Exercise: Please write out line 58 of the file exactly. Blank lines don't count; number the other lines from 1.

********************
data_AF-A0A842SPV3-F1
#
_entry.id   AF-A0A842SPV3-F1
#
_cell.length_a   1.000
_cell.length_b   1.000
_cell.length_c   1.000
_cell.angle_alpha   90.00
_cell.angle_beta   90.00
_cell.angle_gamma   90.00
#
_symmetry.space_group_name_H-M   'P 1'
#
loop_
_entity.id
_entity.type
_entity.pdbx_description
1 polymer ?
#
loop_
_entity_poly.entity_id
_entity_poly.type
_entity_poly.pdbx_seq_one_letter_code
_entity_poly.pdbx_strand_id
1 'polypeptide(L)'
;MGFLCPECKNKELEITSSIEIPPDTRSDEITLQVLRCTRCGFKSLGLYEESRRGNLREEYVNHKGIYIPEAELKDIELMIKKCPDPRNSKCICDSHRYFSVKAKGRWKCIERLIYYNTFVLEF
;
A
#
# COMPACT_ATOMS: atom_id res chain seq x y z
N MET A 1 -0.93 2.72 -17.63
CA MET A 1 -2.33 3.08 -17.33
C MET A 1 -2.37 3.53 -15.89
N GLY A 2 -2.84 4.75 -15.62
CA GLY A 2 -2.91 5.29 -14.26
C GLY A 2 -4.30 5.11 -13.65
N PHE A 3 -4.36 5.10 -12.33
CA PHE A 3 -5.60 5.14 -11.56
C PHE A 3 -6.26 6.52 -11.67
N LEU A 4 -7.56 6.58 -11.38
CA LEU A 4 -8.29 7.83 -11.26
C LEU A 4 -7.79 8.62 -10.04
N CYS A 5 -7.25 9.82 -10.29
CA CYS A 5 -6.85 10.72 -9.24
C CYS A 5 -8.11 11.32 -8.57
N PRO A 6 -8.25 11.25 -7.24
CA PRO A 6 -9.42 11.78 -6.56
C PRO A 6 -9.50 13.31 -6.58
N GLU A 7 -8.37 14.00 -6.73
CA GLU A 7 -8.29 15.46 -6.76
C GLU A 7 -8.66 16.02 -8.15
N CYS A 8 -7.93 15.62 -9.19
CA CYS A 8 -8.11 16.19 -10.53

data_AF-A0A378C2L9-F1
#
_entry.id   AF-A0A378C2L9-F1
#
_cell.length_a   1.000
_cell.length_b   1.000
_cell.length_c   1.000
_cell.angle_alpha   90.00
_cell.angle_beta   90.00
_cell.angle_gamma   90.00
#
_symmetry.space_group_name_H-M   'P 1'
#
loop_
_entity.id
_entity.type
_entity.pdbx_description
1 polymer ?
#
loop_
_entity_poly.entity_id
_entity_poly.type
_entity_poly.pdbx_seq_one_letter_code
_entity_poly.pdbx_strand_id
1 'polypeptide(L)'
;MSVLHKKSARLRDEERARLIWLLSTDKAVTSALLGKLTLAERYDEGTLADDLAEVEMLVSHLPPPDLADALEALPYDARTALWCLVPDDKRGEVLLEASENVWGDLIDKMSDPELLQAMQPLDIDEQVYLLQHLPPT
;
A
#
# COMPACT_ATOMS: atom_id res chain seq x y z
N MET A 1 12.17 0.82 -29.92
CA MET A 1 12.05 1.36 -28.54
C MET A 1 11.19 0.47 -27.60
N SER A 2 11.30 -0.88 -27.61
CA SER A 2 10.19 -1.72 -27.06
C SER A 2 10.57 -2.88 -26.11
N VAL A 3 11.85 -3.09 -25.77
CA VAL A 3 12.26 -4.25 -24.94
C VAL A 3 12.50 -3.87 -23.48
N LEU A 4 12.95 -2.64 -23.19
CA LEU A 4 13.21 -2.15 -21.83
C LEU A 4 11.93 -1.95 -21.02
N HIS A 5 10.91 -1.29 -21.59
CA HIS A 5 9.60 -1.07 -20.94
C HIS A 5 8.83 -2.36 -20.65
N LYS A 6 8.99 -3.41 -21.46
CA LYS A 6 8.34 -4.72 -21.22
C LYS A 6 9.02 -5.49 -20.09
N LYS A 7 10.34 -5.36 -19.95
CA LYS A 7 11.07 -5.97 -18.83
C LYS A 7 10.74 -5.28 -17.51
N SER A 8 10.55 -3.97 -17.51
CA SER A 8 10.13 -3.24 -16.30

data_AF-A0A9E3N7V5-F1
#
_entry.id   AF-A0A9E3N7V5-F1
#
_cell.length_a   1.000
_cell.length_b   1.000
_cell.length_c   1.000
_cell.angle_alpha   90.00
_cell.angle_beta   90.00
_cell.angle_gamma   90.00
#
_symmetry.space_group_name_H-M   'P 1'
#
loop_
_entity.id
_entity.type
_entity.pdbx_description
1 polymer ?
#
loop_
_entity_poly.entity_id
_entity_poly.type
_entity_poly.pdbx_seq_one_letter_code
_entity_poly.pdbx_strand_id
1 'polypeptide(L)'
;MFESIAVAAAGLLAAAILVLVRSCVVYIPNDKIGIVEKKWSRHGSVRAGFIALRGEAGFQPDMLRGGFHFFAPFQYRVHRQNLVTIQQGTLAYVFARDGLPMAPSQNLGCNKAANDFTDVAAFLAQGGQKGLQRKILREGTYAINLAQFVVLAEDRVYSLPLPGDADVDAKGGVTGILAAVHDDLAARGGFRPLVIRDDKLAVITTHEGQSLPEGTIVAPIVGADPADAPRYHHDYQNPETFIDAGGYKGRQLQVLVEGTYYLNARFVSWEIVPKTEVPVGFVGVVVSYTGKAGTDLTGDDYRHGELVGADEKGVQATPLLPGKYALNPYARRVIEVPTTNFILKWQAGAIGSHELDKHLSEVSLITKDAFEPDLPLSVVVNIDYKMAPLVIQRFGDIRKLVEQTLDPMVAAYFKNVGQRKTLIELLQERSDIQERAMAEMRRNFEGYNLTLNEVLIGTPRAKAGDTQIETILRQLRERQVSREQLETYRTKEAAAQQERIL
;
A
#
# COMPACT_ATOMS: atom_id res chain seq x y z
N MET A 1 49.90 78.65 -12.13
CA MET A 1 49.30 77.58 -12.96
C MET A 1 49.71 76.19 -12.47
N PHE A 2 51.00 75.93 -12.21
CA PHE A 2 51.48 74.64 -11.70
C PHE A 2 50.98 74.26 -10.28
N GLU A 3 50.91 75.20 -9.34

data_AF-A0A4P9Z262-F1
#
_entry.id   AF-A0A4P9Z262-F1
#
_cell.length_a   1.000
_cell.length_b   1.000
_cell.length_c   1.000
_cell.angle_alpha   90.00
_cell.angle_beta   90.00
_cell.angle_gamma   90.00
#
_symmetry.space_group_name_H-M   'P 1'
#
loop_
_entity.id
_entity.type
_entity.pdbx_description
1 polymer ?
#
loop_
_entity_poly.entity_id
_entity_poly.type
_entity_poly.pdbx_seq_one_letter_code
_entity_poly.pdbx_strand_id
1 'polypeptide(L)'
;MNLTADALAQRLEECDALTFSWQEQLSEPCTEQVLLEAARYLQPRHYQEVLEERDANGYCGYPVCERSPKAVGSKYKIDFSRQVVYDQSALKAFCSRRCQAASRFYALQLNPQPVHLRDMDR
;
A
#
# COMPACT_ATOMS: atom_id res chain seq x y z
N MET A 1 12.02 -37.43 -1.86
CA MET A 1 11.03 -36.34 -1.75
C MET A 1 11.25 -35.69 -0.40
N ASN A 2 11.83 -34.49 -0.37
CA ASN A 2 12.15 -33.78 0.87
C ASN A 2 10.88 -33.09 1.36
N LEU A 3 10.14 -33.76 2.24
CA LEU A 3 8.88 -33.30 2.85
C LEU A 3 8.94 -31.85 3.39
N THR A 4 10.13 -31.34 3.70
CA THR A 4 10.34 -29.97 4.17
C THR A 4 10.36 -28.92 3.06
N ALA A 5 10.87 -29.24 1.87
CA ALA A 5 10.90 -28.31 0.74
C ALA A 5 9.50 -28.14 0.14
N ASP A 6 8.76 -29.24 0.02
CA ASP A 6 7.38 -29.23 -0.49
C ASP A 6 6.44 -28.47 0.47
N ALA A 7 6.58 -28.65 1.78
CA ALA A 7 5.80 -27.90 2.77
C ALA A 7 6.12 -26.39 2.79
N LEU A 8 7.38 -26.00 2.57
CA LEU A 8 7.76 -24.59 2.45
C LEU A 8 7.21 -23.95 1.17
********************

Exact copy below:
_cell.length_a   1.000